Oak Leaf Clusters

Just Trying to Keep Up

There are times when you just don’t know what you don’t know. Every day the universe expands its horizon, usually because I step over the edge. Typically, I stumble across a new feature that I goggle at, and wish that I had the time to dive down that particular rabbit hole.

So, today, I start mapping the rabbit holes, with the fond hope that I will remember to come back to them when some segment of empty time becomes available. Here’s the list:

I will update this list as I run into more topics to explore.

PowerShell Remoting

So, you’ve got a new laptop? Congratulations!

Do you need to look at or get files from the old laptop? No problem! We’ll just fire up PowerShell and do a little remote computing to salvage what’s necessary from your previous work.

$cred = Get-Credential
$so = New-PSSessionOption -NoMachineProfile 
New-PSSession -SessionOption $so -Credential $cred -ComputerName "Server1"

What? You say you get an error message?

Set-WSManQuickConfig : <f:WSManFault xmlns:f="http://schemas.microsoft.com/wbem/wsman/1/wsmanfault" Code="2150859113"
Machine="localhost"><f:Message><f:ProviderFault provider="Config provider"
path="%systemroot%\system32\WsmSvc.dll"><f:WSManFault xmlns:f="http://schemas.microsoft.com/wbem/wsman/1/wsmanfault"
Code="2150859113" Machine="win81"><f:Message>WinRM firewall exception will not work since one of the network
connection types on this machine is set to Public. Change the network connection type to either Domain or Private and
try again. </f:Message></f:WSManFault></f:ProviderFault></f:Message></f:WSManFault>
At line:1 char:1
+ Set-WSManQuickConfig -Force
+ ~~~~~~~~~~~~~~~~~~~~~~~~~~~
    + CategoryInfo          : InvalidOperation: (:) [Set-WSManQuickConfig], InvalidOperationException
    + FullyQualifiedErrorId : WsManError,Microsoft.WSMan.Management.SetWSManQuickConfigCommand

You can fix that.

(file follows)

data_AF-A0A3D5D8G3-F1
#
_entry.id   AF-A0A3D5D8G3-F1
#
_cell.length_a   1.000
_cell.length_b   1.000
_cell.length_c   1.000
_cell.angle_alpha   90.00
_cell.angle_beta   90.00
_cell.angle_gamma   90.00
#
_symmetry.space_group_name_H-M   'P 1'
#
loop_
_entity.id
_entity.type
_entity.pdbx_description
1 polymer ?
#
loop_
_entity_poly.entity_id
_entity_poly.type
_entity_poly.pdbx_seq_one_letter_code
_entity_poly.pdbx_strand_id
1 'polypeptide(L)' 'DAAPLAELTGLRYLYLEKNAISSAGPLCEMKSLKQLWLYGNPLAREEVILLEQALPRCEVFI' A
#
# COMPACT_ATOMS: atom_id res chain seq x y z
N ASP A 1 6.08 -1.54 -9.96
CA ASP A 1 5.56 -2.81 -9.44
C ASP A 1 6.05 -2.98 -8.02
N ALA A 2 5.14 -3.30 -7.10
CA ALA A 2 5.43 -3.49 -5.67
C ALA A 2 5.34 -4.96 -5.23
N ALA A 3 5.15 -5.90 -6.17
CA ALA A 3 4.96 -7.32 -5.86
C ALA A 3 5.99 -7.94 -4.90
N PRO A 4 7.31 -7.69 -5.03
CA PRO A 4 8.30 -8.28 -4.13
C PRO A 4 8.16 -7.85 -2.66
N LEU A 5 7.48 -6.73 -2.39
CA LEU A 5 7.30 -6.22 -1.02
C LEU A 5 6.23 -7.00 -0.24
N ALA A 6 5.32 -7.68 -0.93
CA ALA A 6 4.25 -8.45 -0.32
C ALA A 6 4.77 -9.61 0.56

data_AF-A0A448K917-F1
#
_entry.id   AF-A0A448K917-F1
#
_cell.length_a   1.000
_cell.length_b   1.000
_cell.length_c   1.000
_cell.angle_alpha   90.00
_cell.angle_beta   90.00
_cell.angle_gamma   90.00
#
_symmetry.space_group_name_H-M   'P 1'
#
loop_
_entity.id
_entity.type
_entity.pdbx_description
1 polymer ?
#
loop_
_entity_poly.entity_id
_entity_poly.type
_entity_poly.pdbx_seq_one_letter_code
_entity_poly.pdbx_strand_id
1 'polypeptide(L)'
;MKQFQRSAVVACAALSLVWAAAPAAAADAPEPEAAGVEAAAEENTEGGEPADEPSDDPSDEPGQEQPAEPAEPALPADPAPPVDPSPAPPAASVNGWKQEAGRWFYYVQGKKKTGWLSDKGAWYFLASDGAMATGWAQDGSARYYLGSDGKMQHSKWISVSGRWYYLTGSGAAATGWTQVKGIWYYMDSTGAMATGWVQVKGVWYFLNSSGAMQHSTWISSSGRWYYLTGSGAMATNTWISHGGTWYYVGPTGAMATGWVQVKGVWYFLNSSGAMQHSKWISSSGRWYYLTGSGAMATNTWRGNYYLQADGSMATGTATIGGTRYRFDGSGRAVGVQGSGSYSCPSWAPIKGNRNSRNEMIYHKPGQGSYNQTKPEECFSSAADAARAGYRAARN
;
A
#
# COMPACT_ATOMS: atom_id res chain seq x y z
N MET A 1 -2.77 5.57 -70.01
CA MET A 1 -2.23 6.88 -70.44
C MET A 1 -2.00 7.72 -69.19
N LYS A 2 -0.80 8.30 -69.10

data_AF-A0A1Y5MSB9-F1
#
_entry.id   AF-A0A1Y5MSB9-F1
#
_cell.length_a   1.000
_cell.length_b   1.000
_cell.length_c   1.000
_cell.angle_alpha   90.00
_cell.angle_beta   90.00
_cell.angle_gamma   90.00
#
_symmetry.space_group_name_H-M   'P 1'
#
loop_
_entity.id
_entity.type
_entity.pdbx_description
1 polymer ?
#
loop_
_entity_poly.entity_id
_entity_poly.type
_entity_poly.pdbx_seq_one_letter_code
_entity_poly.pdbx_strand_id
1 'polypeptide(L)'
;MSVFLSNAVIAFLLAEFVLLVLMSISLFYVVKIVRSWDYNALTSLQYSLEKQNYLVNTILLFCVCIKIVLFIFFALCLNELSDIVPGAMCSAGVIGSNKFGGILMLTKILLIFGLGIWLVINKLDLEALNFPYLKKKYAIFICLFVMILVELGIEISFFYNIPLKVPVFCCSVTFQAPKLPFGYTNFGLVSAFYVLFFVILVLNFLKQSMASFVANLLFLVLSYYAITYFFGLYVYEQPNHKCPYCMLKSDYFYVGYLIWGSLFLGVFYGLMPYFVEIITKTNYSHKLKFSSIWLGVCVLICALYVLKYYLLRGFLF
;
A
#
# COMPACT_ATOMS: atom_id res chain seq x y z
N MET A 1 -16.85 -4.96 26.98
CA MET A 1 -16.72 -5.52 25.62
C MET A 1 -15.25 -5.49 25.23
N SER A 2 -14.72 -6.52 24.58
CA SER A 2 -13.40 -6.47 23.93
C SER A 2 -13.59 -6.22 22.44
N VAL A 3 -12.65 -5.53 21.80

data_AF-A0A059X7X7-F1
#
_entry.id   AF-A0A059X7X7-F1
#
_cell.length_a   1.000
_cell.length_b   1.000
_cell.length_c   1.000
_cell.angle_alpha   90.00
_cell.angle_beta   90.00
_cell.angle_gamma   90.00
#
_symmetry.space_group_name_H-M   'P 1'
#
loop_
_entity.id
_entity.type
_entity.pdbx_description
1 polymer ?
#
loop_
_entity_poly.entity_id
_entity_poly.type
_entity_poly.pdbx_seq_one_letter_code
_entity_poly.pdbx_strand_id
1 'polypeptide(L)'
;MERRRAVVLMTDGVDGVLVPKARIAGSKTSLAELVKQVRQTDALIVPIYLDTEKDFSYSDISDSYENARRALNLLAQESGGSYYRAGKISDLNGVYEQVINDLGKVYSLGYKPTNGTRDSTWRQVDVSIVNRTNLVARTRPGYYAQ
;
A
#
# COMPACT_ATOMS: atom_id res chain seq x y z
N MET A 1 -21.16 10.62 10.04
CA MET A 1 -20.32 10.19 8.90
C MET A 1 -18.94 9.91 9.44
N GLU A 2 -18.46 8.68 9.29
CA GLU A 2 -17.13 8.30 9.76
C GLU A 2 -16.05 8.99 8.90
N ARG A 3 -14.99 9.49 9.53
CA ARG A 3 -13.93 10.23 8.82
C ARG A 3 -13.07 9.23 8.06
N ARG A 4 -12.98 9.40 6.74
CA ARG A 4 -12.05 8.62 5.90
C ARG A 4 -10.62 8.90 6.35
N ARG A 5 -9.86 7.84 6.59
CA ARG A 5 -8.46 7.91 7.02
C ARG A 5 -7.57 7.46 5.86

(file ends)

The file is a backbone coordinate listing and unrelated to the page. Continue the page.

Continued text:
Set-Item WSMan:\localhost\Client\TrustedHosts -Value *

At least that’s what worked for me. Your mileage may vary.


The transition from “old guy who’s an Oracle DBA” to “new old guy who’s a SQL Server AND Oracle DBA” continues, slowly … oh so painfully slowly. One of the complications is adopting Microsoft tools with all the complexity and that come with them … and putting aside the familiar Linux/Unix/Solaris tools like bash.

For me, the premier Microsoft tool of choice is PowerShell. That, in itself, is a long slog. There is a lot to learn, and the PowerShell community has techniques to accomplish tasks that I am learning, one by one.

Jupyter notebooks

The real, underlying issue is the difficulty I experience trying to install enough software to begin to learn how to build a .NET Jupyter notebook. I still haven’t completed that task.

It’s a relatively straight path from “fat, dumb, and happy” to stressed-out old guy with an predisposition to use strong, abusive language. Somebody, somewhere recommended “BridgeConf” and I gaily went down that rabbit hole. The Microsoft .NET team had whipped up Jupyter notebooks so data scientists can work, research, code, and preserve the results in one handy little package.

Rob Sewell gave a heck of a presentation on .NET Jupyter notebooks and I was hooked. Unfortunately, things just didn’t go right … The initial set of instructions (https://devblogs.microsoft.com/dotnet/net-interactive-is-here-net-notebooks-preview-2/) persisted in failing for me. The blog post author, Maria Naggaga, hasn’t responded to anybody’s comments for three months. And I’m left with an incomplete install; more installed software than an honest DBA needs; a foul mouth; and uncharitable thoughts about Microsoft systems, software, and practitioners.

Here’s the comment I left:

The trials and tribulations of a New Guy.

Following the blog post, I
1. Download and install Anaconda
2. Download and install dotnet Core SDK (v. 3.1.201)
3. (At the Anaconda prompt), run jupyter kernelspec list. And receive
python3 ~\jupyter\kernels\python3
4. (In the command shell), I invoke > dotnet tool install –global Microsoft.dotnet-interactive
5. I return to the Anaconda prompt to run > “C:\Program Files\dotnet> dotnet interactive jupyter install
6. And I’m rewarded for my efforts with:
Could not execute because the specified command or file was not found.
Possible reasons for this include:
* You misspelled a built-in dotnet command.
* You intended to execute a .NET Core program, but dotnet-interactive does not exist.
* You intended to run a global tool, but a dotnet-prefixed executable with this name could not be found on the PATH.

Where did I go wrong?

I’m still searching for a solution …

SQL Server: Encryption

These are study notes for my transition from Oracle DBA to SQL Server DBA.

  • SQL Server database is provided by a series of “keys”.
  • Windows Data Protection API provides the Service Master Key (SMK). (Footnote: What happens when SQL Server is installed on a non-windows machine?)
  • The SMK protects the Database Master Key (DMK).
  • The DMK protects symmetric private keys, stored in certificates, and asymmetric private keys that protect the symmetric key certificates.
  • These private keys are used to finally encrypt the SQL Server data.

Cell level encryption:

  • is also known as column level encryption or granular encryption.
  • Only encrypts data at rest.
  • Encrypts entire columns (not individual cells).